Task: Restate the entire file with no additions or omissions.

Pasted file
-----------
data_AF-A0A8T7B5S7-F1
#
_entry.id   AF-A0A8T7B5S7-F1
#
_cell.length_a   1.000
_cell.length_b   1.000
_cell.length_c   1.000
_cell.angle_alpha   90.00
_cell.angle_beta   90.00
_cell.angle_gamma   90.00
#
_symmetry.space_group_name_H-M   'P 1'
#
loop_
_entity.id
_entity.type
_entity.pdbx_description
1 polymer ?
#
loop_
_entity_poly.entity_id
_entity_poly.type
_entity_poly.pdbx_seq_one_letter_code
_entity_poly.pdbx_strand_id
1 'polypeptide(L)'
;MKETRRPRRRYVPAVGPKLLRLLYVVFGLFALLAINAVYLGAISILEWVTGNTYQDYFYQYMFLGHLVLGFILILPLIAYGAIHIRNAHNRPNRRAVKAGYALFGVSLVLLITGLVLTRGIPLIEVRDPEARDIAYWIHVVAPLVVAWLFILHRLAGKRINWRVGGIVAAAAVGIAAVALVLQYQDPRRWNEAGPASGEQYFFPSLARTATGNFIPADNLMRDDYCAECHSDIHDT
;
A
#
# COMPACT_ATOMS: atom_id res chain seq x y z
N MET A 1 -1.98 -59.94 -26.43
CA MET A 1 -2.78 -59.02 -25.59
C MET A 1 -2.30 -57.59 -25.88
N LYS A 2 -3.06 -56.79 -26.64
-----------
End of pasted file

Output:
data_AF-A0A8T7B5S7-F1
#
_entry.id   AF-A0A8T7B5S7-F1
#
_cell.length_a   1.000
_cell.length_b   1.000
_cell.length_c   1.000
_cell.angle_alpha   90.00
_cell.angle_beta   90.00
_cell.angle_gamma   90.00
#
_symmetry.space_group_name_H-M   'P 1'
#
loop_
_entity.id
_entity.type
_entity.pdbx_description
1 polymer ?
#
loop_
_entity_poly.entity_id
_entity_poly.type
_entity_poly.pdbx_seq_one_letter_code
_entity_poly.pdbx_strand_id
1 'polypeptide(L)'
;MKETRRPRRRYVPAVGPKLLRLLYVVFGLFALLAINAVYLGAISILEWVTGNTYQDYFYQYMFLGHLVLGFILILPLIAYGAIHIRNAHNRPNRRAVKAGYALFGVSLVLLITGLVLTRGIPLIEVRDPEARDIAYWIHVVAPLVVAWLFILHRLAGKRINWRVGGIVAAAAVGIAAVALVLQYQDPRRWNEAGPASGEQYFFPSLARTATGNFIPADNLMRDDYCAECHSDIHDT
;
A
#
# COMPACT_ATOMS: atom_id res chain seq x y z
N MET A 1 -1.98 -59.94 -26.43
CA MET A 1 -2.78 -59.02 -25.59
C MET A 1 -2.30 -57.59 -25.88
N LYS A 2 -3.06 -56.79 -26.64